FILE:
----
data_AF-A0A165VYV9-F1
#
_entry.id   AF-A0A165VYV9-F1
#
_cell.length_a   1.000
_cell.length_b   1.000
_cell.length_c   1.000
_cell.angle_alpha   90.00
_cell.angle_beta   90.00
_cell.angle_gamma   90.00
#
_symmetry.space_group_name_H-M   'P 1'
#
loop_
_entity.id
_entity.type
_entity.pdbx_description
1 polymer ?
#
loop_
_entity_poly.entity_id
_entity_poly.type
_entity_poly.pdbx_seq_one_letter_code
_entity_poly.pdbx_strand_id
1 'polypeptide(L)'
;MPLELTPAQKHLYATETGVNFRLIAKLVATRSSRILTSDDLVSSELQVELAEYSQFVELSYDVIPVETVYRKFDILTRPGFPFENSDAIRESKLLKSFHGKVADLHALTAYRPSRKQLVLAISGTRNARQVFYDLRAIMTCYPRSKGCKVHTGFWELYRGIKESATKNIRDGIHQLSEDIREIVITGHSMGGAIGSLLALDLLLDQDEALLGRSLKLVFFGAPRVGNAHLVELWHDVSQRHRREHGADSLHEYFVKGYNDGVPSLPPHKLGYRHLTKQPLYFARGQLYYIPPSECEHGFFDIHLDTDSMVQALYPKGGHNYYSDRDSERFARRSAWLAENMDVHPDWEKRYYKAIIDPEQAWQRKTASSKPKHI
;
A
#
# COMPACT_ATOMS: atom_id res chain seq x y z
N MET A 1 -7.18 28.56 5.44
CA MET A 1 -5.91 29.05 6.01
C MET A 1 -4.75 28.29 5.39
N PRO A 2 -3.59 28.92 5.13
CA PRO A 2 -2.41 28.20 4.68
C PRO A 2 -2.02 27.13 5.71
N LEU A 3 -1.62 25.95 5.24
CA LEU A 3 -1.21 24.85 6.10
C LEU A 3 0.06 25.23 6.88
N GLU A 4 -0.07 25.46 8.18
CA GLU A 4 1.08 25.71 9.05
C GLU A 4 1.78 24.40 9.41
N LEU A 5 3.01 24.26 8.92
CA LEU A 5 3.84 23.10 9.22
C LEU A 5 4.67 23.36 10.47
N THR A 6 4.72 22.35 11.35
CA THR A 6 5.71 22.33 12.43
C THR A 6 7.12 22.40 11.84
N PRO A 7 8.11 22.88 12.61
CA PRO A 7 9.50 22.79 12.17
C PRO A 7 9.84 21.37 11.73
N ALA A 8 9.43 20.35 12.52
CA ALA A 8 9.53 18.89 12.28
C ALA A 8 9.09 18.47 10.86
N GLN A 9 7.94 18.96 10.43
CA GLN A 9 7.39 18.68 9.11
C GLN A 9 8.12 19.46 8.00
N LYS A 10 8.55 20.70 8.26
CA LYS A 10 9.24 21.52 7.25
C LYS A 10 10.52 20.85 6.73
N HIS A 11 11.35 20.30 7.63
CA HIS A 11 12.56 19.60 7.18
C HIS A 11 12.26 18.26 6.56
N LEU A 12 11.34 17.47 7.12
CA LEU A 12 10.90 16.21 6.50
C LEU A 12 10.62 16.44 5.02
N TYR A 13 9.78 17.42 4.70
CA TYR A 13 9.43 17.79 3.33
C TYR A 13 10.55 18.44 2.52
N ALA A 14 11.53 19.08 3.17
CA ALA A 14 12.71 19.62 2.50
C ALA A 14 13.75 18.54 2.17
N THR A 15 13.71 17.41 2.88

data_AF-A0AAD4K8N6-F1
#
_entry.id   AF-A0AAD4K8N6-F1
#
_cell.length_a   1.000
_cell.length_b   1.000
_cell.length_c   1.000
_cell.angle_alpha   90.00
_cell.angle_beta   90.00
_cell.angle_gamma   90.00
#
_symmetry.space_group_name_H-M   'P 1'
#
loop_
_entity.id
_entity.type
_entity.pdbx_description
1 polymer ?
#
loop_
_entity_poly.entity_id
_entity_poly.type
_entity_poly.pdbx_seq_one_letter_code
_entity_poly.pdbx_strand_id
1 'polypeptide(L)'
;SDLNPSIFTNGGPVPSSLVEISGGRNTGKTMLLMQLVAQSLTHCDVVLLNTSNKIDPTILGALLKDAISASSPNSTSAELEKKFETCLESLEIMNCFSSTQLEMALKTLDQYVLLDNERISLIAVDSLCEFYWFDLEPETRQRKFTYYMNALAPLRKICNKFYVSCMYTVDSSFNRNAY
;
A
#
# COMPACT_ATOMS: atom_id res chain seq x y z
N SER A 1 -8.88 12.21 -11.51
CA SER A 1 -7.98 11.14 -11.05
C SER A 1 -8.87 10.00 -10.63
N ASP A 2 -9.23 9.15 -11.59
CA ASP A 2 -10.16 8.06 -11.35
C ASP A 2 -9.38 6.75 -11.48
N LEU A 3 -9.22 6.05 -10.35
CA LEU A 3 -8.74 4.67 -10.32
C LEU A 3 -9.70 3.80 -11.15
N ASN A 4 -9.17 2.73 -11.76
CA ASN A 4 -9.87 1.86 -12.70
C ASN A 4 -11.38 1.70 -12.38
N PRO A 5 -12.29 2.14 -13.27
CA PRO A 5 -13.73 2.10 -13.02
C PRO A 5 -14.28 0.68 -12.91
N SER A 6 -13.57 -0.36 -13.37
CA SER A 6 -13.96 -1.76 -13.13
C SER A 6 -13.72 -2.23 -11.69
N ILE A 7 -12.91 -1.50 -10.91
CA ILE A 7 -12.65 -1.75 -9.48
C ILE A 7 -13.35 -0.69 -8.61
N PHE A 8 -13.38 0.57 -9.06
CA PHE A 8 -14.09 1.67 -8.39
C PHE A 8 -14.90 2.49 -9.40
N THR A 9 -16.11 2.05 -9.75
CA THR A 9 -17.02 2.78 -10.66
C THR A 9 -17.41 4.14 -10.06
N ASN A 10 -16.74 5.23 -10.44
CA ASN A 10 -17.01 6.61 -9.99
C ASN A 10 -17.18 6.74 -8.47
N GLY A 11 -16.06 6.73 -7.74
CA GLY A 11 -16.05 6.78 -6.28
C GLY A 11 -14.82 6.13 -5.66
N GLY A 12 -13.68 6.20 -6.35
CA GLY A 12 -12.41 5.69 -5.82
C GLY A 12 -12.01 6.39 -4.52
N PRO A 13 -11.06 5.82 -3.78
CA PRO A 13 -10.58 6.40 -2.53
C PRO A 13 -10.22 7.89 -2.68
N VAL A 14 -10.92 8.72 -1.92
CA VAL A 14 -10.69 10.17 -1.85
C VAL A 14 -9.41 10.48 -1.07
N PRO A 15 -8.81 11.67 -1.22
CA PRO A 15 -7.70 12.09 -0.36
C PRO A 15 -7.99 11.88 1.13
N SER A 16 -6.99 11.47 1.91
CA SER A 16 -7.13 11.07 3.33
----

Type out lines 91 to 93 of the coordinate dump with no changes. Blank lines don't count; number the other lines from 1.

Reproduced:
1 polymer ?
#
loop_